The goal is to influence prescription habits even if the drug prescribed does not result in improved health. For instance, the New York Times recently reported that although the minimum 40% of statin prescriptions are considered baseless, recent clinical trials showed that Zetia, a cholesterol-lowering drug prescribed to one million people a week, plus generic Zocor did not have any medical benefits over Zocor alone.
In a 2007 issue of Prescrire, a French independent medical journal that analyzes new drugs entering that country’s market every year, it was reported that, of the 535 new drugs entering the market in 2006, 10 represented a significant therapeutic progress, 469 did not contribute to the progress of the existing pharmacopeia, and 17 were labeled by doctors as potential dangers for public health. From this perspective, it is not surprising to learn that entire generations of new drugs (e.g., to fight schizophrenia or hypertension) are, in fact, less efficient than the preceding generation, even if they cost 10 times more than the previous drug for which the patent has expired.
Economists have a hard time explaining this state of affairs. They normally believe that the profits of a firm are a reward for the social wealth it has created. Traditional market corollaries, however, do not apply to this industry, which has a great monopolistic capacity. As the business historian Alfred D. Chandler wrote in his 2006 book, Shaping the Industrial Century: The Remarkable Story of the Evolution of the Modern Chemical and Pharmaceutical Industries, barriers to entry have been so high since the 1920s that no new company has managed to become one of the world’s top 30 pharmaceutical firms since then.
Access to the market is so restrained that smaller firms have no choice but to let themselves be bought by bigger players. This is the only way they can gain access to global distribution networks. Should we then be surprised when we observe that, in this industry, for every dollar spent in real investment to create new productive capacities (gross fixed capital formation), $10 are invested to buy back already existing productive capacities (mergers and acquisitions).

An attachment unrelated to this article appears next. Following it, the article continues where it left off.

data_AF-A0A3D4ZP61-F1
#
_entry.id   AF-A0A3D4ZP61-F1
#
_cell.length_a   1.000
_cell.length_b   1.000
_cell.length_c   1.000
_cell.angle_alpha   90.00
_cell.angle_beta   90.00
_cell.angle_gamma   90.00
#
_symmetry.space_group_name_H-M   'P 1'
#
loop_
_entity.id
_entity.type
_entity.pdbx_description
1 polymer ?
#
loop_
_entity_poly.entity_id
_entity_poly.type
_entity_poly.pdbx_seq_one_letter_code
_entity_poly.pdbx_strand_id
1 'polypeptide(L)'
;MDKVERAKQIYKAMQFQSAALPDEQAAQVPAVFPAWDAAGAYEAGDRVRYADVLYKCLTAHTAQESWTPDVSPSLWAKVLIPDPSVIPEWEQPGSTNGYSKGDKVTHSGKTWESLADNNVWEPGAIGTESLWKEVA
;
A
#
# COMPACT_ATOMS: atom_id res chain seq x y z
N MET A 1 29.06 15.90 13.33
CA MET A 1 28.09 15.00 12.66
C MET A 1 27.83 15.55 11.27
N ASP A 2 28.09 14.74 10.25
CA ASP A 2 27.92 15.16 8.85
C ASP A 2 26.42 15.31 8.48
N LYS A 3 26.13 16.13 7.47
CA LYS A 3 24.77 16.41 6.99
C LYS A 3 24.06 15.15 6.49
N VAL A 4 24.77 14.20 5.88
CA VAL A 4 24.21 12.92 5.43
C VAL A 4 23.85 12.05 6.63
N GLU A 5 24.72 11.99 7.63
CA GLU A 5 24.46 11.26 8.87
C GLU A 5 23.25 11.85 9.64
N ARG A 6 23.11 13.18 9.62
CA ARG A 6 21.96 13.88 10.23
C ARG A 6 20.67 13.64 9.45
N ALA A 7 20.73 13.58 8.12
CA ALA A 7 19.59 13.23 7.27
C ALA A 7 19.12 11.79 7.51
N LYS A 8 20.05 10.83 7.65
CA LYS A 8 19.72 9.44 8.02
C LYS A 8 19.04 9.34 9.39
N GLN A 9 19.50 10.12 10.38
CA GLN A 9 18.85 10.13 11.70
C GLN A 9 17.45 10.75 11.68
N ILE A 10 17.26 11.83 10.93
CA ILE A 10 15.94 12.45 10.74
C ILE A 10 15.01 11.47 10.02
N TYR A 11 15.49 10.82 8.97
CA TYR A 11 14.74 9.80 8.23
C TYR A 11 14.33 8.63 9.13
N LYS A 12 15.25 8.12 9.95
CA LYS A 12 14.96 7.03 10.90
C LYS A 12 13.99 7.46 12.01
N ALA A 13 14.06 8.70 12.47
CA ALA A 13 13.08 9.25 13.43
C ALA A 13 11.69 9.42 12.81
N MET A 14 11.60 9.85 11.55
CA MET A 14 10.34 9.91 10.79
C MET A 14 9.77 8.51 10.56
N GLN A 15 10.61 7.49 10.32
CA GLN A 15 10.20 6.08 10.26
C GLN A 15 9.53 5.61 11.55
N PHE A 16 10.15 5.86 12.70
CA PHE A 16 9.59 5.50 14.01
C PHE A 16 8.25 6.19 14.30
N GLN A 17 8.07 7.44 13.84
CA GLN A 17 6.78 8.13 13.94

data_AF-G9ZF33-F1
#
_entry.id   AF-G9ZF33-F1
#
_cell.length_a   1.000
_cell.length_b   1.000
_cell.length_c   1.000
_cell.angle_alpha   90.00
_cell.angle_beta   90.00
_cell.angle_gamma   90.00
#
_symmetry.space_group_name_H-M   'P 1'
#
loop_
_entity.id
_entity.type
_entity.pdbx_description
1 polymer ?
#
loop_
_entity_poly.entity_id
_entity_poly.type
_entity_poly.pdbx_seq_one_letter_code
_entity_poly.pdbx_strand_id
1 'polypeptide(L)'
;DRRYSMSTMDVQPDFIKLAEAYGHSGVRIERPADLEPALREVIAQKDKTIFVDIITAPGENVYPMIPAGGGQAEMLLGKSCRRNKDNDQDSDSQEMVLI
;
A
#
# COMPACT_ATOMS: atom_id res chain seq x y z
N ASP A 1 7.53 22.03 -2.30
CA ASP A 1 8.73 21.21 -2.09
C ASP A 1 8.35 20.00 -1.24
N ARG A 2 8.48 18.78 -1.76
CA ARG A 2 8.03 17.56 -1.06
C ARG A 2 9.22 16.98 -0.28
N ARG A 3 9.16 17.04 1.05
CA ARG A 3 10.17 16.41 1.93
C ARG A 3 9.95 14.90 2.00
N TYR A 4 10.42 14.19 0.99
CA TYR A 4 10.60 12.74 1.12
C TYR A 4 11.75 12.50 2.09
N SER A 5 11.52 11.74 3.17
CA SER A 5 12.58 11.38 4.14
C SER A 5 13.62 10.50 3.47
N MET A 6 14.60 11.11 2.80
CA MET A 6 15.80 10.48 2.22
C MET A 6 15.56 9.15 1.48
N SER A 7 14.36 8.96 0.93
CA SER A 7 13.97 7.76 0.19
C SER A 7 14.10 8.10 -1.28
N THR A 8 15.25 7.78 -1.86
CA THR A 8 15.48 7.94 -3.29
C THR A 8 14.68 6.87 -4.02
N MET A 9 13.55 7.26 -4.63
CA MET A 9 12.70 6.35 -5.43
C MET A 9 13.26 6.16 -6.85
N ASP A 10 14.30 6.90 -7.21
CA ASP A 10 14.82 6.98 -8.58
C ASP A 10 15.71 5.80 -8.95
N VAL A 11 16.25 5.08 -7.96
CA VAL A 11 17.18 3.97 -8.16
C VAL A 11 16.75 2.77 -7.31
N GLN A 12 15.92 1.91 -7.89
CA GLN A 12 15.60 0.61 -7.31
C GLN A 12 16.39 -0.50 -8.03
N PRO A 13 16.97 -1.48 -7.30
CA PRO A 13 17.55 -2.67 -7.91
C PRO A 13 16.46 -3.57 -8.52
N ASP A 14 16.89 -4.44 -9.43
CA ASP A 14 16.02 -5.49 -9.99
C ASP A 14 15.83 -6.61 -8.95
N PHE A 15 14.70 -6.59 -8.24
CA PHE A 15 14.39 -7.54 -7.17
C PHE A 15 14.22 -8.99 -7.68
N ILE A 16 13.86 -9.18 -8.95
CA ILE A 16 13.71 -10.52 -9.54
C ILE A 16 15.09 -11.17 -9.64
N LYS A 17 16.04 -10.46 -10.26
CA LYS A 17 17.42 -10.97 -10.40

R&D versus Marketing
Research and development has become secondary for the dominant firms, which have managed to externalize the bulk of R&D to smaller players that they will simply buy back in case of promising results. The focus of bigger players is rather to transform medical practices and habits with big-scale promotion campaigns.
In a recent study published in PloS Medicine in January, Joel Lexchin and I showed that, in the U.S., the pharmaceutical industry spends two times more on promotion than on R&D. Of the almost $58 billion spent annually to promote drugs, only $4 billion is earmarked for direct-to-consumer advertising. Thus, on average, $61,000 is spent per year per practicing physician. We consider those numbers to be incomplete since they do not include off-label promotion or other possible unethical forms of promotion.
The top pharmaceutical firms have become brand-management firms. Their relative promotional budgets are more significant than those of pure brand-management firms like PepsiCo. Pfizer spends more promoting Celebrex than Budweiser spends promoting its beer.
Pharmaceutical promotion has reached every level of medical research and practice. Big pharma funds universities, supports pseudoscientific publications, donates massive quantities of samples, sponsors continuing medical education, and makes frequent doctor visits.
Advertising campaigns demonstrate increasing stealth. According to a 2007 PloS Medicine article by Sergio Sismondo, confidential documents from Pfizer, made public in a trial, showed that 85 scientific articles on sertraline, the antidepressant Zoloft, were coordinated by the firm’s public relations company. Pfizer had itself produced a critical mass of articles that were favorable to the drug; Sismondo places the number between 18% and 40%, thus allowing its representatives to drown out any unfavorable study to convince doctors. The Vioxx scandal rests on the same premise.
This general state of affairs is increasingly in the news and the public is more and more aware of the abundance of drugs with unfulfilled promises and the paucity of genuine breakthroughs. In a page 1 story in Le Monde last month, it was disclosed that drug companies themselves are pining for a new business model based on innovation and one in which the image of life-saving researchers in white coats could replace the image of greedy sales representatives descending on physicians.
We must not overlook the fact, however, that with net returns on equity of 28% for the ten top pharmaceutical firms in the last decade and with 77% of all net benefits going to shareholders, this low-innovation, aggressive-promotion business model is a financial success. As long as new regulations or the public do not transform the actual financial incentives of this industry, we should not underestimate the entropic force of a business model that serves well the interests of the shareholders’ wallets, even if it is to the detriment of patients’ health.
What do you think? We invite you to post comments on this topic.